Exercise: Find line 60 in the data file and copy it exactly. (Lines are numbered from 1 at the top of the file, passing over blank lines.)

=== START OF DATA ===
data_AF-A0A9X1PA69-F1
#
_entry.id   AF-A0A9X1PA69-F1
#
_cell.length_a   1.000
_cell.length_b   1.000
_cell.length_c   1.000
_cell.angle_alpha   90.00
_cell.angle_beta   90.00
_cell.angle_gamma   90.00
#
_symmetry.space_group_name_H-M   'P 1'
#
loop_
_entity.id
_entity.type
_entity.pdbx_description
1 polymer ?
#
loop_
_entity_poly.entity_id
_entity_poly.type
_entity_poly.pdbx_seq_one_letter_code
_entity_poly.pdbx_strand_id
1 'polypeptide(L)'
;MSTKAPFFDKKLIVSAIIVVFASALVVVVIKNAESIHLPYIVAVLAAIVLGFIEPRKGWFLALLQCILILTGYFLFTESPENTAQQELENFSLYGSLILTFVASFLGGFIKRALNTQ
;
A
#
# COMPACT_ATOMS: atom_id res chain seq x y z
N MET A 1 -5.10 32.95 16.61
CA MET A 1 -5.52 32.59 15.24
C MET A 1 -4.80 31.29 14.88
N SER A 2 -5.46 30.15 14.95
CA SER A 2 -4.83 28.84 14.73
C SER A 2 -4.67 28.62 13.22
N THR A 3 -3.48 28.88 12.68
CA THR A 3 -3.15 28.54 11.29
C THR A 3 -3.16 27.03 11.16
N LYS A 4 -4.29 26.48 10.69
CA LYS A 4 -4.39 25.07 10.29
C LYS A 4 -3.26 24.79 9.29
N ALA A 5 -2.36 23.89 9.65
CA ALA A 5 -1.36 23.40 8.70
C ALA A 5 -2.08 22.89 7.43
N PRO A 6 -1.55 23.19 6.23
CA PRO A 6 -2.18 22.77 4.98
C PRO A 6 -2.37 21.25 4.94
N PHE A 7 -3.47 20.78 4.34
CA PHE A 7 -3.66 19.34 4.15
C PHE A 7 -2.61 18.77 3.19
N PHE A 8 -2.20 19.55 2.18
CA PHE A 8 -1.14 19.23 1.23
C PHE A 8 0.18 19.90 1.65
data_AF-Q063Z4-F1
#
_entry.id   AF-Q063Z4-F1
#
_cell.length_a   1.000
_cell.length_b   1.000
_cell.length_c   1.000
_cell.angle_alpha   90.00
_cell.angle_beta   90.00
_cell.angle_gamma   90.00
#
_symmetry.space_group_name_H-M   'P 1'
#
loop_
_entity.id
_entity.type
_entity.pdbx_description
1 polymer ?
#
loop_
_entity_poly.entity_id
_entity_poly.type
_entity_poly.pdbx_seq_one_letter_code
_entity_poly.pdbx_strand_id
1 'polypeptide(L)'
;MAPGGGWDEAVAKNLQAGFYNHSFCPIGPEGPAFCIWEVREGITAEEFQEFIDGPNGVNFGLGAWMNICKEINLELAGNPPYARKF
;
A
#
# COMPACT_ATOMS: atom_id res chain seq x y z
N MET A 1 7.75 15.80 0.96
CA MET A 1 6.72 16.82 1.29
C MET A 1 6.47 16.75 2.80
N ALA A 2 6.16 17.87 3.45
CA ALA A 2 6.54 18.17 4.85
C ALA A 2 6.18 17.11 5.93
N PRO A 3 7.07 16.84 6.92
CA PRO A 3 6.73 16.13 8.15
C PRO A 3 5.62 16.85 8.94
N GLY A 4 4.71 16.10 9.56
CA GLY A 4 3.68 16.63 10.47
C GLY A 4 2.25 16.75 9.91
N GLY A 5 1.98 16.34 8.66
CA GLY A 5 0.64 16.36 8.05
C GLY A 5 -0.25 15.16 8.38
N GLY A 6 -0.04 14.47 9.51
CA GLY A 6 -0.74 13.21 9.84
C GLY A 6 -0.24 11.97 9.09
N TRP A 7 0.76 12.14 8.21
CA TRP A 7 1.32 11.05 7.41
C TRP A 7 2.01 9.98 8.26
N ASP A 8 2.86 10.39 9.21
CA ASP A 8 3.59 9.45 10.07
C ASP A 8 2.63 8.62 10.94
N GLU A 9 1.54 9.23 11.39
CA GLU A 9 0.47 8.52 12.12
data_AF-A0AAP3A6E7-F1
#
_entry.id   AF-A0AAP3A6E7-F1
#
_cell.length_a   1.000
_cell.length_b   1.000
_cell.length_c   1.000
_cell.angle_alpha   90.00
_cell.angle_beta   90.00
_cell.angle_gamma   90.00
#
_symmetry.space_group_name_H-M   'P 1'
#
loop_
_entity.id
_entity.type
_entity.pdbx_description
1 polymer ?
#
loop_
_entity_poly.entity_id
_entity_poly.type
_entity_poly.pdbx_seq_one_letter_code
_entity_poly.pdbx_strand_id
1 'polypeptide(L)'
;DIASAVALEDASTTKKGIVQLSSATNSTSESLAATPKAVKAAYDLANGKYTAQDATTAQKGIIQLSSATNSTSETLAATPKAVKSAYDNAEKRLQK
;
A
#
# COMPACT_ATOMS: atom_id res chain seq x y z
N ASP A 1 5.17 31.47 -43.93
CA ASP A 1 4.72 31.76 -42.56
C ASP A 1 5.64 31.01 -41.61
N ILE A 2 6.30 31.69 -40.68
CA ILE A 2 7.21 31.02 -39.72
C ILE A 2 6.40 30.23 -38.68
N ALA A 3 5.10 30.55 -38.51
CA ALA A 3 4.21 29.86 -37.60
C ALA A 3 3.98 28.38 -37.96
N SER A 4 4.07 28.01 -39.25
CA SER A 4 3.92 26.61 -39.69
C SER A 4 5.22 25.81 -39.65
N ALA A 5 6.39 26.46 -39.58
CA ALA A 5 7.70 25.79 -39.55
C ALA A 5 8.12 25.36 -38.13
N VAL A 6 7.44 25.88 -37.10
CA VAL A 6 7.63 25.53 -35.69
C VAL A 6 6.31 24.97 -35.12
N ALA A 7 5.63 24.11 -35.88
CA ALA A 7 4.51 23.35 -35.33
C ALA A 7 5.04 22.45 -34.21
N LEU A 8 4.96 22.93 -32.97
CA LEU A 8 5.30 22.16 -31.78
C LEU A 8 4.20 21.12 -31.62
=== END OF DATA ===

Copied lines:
_cell.length_b   1.000